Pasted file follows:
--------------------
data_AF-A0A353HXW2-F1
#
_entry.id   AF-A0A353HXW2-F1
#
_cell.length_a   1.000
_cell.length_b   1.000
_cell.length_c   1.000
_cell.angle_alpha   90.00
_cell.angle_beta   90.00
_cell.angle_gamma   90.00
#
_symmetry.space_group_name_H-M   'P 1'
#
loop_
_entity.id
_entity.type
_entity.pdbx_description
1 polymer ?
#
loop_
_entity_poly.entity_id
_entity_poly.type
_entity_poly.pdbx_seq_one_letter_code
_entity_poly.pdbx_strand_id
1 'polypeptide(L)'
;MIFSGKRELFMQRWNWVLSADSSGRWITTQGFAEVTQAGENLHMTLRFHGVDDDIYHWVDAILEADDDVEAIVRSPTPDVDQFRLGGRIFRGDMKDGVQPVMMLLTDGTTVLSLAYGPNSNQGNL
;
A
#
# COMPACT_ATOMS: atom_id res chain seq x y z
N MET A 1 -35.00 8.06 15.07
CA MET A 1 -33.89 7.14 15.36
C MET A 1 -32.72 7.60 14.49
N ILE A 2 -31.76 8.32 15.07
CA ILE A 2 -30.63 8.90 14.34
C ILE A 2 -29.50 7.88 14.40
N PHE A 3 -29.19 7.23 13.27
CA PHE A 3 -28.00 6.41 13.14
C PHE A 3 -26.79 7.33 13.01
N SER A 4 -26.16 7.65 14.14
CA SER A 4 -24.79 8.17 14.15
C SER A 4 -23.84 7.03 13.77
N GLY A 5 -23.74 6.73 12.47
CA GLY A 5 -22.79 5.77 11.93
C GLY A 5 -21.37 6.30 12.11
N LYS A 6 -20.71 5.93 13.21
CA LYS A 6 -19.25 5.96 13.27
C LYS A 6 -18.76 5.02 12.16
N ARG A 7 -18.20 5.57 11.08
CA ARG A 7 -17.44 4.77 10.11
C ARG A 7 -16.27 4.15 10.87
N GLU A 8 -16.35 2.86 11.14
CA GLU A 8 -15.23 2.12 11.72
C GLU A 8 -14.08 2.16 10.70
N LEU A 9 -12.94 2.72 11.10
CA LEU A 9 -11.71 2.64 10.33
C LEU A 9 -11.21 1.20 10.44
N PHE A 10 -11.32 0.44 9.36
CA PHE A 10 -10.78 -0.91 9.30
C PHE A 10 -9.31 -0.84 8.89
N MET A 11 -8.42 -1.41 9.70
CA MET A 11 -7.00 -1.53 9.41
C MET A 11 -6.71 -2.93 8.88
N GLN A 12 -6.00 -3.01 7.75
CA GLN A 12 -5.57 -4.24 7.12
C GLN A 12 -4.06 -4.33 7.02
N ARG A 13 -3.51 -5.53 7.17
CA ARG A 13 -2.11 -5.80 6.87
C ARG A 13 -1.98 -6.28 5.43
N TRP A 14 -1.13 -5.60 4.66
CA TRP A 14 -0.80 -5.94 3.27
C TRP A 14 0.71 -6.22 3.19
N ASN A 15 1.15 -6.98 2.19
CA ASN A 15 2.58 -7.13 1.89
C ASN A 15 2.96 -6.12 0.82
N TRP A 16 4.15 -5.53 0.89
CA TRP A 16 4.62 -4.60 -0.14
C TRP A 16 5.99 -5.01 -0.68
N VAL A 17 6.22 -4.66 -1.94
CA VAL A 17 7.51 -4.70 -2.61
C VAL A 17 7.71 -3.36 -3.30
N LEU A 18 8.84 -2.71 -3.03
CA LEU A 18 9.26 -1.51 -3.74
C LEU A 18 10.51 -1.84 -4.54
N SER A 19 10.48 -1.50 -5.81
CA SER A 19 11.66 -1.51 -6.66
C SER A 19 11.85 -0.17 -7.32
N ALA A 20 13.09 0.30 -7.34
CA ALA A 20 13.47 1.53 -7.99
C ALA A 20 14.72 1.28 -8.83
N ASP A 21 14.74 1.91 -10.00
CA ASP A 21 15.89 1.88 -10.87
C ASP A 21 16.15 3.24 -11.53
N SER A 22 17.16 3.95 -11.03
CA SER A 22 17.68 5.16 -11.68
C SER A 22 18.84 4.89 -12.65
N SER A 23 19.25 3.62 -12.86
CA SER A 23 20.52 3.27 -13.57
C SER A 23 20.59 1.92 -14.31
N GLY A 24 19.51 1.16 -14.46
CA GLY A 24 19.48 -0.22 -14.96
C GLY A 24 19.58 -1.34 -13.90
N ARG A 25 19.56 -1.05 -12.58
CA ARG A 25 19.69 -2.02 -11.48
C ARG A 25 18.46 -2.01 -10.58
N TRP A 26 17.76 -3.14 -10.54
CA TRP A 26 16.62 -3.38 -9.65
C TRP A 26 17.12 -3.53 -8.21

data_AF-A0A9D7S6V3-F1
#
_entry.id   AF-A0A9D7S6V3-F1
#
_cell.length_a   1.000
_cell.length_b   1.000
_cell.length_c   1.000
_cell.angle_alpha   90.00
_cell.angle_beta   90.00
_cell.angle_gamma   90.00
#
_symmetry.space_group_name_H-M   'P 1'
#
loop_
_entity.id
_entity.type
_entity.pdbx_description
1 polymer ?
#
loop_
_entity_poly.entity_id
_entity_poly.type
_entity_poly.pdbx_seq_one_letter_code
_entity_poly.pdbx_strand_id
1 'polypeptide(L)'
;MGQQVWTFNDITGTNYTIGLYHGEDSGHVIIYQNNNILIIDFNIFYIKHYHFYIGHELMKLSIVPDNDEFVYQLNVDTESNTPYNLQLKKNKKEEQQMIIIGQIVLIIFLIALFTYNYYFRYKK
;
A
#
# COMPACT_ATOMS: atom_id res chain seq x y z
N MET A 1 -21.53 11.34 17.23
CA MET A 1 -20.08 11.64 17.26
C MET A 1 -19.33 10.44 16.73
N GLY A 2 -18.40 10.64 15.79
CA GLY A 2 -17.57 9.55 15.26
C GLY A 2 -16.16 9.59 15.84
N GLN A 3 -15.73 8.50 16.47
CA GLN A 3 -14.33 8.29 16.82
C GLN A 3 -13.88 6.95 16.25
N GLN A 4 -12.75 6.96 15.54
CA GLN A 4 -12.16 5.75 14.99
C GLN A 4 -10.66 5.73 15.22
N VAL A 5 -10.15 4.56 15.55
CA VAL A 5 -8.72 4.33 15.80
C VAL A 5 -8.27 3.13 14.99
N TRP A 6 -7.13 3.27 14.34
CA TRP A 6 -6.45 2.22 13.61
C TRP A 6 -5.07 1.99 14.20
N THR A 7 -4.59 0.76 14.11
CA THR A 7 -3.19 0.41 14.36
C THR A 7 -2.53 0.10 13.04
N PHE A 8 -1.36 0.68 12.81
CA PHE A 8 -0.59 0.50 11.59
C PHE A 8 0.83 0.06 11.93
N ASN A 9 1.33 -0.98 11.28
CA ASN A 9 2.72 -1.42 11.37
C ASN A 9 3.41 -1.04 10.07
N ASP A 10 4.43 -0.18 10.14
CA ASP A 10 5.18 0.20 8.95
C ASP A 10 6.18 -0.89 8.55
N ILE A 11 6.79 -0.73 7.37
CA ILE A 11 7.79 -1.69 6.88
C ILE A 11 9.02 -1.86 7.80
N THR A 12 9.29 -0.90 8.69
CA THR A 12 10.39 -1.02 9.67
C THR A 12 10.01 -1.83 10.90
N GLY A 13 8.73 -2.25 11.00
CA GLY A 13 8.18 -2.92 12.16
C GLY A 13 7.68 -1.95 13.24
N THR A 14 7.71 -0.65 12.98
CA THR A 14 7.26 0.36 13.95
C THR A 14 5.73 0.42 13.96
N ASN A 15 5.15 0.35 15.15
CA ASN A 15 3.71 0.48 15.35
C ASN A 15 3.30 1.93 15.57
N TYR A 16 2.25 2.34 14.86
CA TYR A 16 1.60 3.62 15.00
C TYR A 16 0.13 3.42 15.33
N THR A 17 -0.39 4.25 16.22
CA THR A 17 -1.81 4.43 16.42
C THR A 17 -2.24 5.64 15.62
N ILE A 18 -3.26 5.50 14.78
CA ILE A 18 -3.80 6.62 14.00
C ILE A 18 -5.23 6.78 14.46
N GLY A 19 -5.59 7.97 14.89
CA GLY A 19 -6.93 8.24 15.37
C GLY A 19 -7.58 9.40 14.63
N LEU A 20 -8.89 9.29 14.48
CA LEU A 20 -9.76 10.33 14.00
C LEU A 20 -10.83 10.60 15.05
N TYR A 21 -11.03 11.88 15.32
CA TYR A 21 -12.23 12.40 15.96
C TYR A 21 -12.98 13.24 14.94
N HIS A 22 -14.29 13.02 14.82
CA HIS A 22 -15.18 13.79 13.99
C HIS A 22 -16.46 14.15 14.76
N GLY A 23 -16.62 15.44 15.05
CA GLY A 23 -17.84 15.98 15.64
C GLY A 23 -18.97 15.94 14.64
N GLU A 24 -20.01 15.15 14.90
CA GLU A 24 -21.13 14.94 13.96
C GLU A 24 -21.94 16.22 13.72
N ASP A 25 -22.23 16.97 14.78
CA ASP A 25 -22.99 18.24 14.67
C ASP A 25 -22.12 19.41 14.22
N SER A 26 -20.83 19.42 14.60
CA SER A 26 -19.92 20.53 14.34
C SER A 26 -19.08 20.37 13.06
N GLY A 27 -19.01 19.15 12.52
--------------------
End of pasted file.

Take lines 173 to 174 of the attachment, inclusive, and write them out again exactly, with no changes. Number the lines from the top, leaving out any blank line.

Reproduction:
CA THR A 12 10.39 -1.02 9.67
C THR A 12 10.01 -1.83 10.90